Rome and Milan During the Renaissanice

Topics: Italy, Florence, Renaissance Pages: 5 (1503 words) Published: January 17, 2011
Rome And Milan During The Renaissance

The Renaissance is a period in the history of Europe beginning in about 1400. The word "Renaissance" in French means rebirth. During the Renaissance, there were many famous artists, many writers and many philosophers. Many people studied mathematics and different sciences. A person who is knowledgeable in many different things is sometimes called a "Renaissance man". Leonardo da Vinci, who was a painter, a scientist, a musician and a philosopher, is the most famous Renaissance Man. The Renaissance started in Italy but soon spread across the whole of Europe.

People ” The time of Ancient Greece and Rome, when there were many philosophers, writers, painters, sculptors, architects and mathematicians was seen by people as a Golden Age, a time when things were beautiful, well-organized and well-run. This time had lasted from about 400 BC to about 400 AD. In the year 1400, in the city of Rome, people could wander around looking up at the ruins of a city that had once been great. Inside the broken walls that had been smashed in 410 AD were the remains of huge temples, sports arenas, public baths, apartment blocks and palaces. Nearly all of them were ruined and could not be used. Nearly all of them were half-buried in dirt. A lot of them were pulled down to use as building stone. But they showed people what great things could be done. Among the ruins of this once-great city, the people of Rome lived in cottages. They still went to church in the huge churches (basilicas) built by the first Christian Emperor, Constantine the Great, in the 4th century.

They still held market day in the Ancient Roman market place of Campo dei Fiori ("Field of Flowers"). One day in 1402, into the middle of Rome, came a young man called Filippo Brunelleschi and a teenage boy called Donatello. They were fascinated by everything that they saw. They measured ancient ruined buildings, they drew things and they dug around for weeks looking for bits of broken statues and painted pottery that they could stick together. They were probably the world's first archaeologists. By the time they went back home to Florence, they knew more about Ancient Roman architecture and sculpture than anyone had known for about a thousand years. Brunelleschi became a very famous architect and Donatello became a very famous sculptor. They both used the ideas that they had, when they were studying the remains of ancient Rome”.[1]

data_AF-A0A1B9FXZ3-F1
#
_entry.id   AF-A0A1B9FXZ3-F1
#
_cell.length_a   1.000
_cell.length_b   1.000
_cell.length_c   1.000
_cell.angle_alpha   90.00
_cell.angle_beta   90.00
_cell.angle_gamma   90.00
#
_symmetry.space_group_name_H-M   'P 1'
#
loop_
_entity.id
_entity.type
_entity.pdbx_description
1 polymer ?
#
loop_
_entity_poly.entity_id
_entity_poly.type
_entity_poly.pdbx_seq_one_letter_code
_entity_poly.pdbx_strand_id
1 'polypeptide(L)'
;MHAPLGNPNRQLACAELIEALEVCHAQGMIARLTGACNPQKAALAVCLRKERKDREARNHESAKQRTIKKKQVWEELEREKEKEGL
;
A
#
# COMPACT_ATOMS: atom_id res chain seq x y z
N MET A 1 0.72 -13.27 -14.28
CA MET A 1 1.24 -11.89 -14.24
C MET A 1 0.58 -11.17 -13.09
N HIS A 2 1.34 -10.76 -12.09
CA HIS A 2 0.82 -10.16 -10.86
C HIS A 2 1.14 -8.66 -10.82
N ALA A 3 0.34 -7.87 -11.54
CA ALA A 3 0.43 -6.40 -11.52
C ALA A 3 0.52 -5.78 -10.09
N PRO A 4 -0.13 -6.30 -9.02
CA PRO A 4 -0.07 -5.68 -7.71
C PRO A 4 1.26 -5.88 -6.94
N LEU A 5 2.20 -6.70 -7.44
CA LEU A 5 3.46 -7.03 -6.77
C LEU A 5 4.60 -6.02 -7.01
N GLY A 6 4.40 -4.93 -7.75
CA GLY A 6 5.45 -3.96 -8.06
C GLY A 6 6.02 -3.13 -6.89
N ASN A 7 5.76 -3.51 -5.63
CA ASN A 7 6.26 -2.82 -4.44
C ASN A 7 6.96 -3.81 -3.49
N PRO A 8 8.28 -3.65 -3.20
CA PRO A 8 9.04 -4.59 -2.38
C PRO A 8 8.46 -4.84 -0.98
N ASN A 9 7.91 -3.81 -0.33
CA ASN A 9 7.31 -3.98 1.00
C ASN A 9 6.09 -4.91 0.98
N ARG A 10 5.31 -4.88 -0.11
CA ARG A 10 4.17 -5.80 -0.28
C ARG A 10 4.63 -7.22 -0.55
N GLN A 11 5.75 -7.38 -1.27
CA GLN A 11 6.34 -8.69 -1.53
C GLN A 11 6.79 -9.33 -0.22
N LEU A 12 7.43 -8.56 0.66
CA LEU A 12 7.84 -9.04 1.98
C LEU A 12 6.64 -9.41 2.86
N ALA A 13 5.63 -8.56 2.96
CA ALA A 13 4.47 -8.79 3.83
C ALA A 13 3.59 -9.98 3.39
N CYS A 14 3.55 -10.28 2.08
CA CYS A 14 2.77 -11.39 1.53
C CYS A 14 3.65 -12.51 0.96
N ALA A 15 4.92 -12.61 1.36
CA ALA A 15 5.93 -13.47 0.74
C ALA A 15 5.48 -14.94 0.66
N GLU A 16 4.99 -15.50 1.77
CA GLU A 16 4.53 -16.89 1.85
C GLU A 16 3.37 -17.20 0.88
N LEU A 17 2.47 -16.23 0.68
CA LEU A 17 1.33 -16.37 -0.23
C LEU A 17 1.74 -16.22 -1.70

During the renaissance there was great economic growth. ”In the 13th century, much of Europe experienced strong economic growth. The trade routes of the Italian states linked with those of established Mediterranean ports and eventually the Hanseatic League of the Baltic and northern regions of Europe to create a network economy in Europe for the first time since the 4th century. The city-states of Italy expanded greatly during this period and grew in power to become de facto fully independent of the Holy Roman Empire; apart from the Kingdom of Naples, outside powers kept their armies out of Italy. During this period, the modern commercial infrastructure developed, with double-entry book-keeping, joint stock companies, an international banking system, a systematized foreign exchange market, insurance, and government debt.[2] Florence became the centre of this financial industry and the gold florin became the main currency of international trade. The new mercantile governing class, who gained their position through financial skill, adapted to their purposes the feudal aristocratic model that had dominated Europe in the Middle Ages. A feature of the High Middle Ages in Northern Italy was the rise of the urban communes which had broken from the control by bishops and local counts. In much of the region, the landed nobility was poorer than the urban patriarchs in the High Medieval money economy whose inflationary rise left...
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